Contrast that with the Silver Jubilee celebrations. If everything was falling apart, why was everyone putting on a happy face to celebrate the twenty- fifth anniversary of the queen’s accession to the throne? Such a commemoration was the epitome of sweetness: people coming together to engage in pleasant, lighthearted celebration. It was perfectly countered with something sour: a rude, rebellious, and adolescent finger in the eye of anyone who cared to gawk. It turned salty from there— hedonistic, dark, aggressive— but the initial shock was the thrill of seeing Her Royal Highness’s face with a safety pin through the royal lips.
Teenage rebellion is generally rooted in the realization that adult society is full of lies and propaganda, that it doesn’t make any sense. The world of the 1970s was one in which nothing seemed to work, where all governments seemed out of ideas. In the West, they called it malaise; in the Soviet Union, they invaded Afghanistan. To call the whole thing a fraud wasn’t exactly illogical.
And boredom: it’s hard to underestimate the importance of boredom in adolescence. How much creation, destruction, and rock music has been birthed simply because there was nothing else for teenagers to do?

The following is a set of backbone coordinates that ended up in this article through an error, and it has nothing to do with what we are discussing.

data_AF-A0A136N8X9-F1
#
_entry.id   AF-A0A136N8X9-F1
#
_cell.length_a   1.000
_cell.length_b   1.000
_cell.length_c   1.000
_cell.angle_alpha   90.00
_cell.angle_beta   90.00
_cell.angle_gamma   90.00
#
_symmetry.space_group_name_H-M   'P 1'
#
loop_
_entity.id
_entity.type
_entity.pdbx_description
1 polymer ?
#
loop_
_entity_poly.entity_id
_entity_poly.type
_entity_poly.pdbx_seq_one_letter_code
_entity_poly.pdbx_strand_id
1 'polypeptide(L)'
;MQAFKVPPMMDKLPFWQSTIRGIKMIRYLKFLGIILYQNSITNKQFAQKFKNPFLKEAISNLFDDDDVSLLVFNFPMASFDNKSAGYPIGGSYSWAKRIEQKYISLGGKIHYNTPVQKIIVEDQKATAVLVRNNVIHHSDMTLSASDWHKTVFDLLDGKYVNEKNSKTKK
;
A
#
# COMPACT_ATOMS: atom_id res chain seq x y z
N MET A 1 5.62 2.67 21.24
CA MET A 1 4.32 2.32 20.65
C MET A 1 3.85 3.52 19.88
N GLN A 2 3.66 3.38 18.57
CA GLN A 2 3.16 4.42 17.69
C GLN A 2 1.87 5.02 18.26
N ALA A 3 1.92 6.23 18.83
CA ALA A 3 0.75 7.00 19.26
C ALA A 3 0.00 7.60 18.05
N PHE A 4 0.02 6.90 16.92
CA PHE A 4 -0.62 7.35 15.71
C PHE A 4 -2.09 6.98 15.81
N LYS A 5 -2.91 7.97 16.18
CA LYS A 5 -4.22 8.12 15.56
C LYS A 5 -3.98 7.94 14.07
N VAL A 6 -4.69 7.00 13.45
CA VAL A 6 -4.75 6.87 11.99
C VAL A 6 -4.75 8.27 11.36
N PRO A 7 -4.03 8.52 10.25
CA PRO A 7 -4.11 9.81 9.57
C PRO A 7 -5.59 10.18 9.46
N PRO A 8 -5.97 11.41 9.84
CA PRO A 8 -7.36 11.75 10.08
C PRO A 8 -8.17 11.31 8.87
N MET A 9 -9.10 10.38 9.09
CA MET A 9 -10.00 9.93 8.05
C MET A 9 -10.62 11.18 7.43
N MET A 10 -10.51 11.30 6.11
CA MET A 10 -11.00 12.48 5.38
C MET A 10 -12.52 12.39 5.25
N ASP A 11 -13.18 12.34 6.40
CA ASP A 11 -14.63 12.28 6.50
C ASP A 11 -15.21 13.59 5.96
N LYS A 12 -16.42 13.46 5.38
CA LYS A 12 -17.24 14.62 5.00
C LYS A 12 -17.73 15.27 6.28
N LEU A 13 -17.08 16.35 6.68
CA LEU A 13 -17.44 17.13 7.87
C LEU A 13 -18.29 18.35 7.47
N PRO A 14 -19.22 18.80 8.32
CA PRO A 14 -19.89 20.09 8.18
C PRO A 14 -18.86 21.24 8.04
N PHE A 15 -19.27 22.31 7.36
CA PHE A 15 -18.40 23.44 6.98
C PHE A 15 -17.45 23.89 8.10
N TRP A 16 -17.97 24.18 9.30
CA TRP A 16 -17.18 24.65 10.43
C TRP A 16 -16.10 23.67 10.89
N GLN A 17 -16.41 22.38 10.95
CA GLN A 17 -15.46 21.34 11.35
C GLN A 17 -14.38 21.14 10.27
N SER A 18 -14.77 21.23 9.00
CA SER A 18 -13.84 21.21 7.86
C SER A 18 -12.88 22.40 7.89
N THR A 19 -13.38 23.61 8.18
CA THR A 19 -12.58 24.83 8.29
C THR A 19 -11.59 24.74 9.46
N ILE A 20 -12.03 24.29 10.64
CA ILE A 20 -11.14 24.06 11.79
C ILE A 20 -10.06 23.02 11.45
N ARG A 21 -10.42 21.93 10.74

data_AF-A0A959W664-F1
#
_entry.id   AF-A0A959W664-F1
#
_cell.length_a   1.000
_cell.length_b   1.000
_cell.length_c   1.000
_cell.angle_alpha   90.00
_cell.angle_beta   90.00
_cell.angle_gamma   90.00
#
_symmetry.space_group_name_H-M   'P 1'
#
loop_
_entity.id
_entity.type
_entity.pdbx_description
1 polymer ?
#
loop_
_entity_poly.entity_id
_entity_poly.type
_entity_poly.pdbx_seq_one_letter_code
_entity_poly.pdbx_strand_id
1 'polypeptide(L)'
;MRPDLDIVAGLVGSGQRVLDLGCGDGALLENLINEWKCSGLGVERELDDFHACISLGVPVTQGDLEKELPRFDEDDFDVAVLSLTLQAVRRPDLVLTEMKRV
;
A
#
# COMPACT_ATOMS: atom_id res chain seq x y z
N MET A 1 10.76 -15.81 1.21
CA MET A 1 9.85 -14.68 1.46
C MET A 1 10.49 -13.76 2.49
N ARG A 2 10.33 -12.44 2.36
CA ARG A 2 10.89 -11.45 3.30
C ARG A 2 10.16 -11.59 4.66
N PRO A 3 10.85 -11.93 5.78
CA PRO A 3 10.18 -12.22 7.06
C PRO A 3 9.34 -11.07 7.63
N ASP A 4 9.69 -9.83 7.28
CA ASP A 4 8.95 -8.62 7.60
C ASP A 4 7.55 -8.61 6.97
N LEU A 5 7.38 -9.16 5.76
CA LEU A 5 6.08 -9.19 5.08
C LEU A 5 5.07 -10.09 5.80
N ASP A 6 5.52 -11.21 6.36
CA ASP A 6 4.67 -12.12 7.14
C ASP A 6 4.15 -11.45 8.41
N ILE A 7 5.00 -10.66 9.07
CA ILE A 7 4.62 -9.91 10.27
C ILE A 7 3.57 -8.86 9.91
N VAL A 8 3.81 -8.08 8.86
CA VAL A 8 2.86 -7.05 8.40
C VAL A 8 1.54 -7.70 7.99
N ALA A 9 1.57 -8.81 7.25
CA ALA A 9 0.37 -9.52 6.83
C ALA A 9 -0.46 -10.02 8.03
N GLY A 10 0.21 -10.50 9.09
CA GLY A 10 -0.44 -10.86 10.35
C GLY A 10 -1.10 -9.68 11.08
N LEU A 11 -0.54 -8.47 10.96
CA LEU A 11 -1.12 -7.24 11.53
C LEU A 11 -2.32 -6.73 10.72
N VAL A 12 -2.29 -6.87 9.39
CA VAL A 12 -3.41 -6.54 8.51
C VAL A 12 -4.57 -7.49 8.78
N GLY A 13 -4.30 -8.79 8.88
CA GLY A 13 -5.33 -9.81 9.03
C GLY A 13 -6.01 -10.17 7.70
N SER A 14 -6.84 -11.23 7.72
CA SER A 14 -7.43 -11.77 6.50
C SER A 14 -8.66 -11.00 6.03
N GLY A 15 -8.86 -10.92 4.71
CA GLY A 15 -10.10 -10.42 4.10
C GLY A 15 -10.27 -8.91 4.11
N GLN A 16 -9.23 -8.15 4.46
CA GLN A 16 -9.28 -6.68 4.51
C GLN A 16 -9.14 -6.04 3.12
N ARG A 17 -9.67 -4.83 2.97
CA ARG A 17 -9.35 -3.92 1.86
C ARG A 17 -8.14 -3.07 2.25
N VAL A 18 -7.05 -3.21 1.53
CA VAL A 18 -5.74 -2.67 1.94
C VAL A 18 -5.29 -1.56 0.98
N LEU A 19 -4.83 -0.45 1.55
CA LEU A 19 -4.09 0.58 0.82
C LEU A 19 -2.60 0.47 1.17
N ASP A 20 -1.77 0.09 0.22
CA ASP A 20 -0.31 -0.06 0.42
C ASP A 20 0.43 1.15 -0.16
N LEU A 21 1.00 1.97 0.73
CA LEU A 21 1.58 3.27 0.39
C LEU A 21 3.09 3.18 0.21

When the punk moment of the late 1970s passed, the aesthetic lived on as the uniform of teenage rebellion. Leather jackets, skinny jeans, Doc Martens, piercings— even clean- cut rebel Ferris Bueller fashioned his hair into a Mohawk. The howling rejection of the modern world is rarely part of the look. The punks were salty back in the days of the Sex Pistols, but time has washed most of that away. What’s left is a distinctly sour aftertaste.
Table of Contents
Aperitif: Ketchup Is the Perfect Food 1
1 Setting the Table: How All Taste Comes Back to the Tongue 5
What Sort of Music Do You Like? And How Useless Is That Question? 5
Embodied Cognition, or Why Warm Rooms Are Filled with Warm People 11
Are You Ready to Order? 15
Palate Cleanser: The Ultimate Taste Test 19
2 Sweet: The Taste of Innocence 23
Kawaii: The Sweet Society 26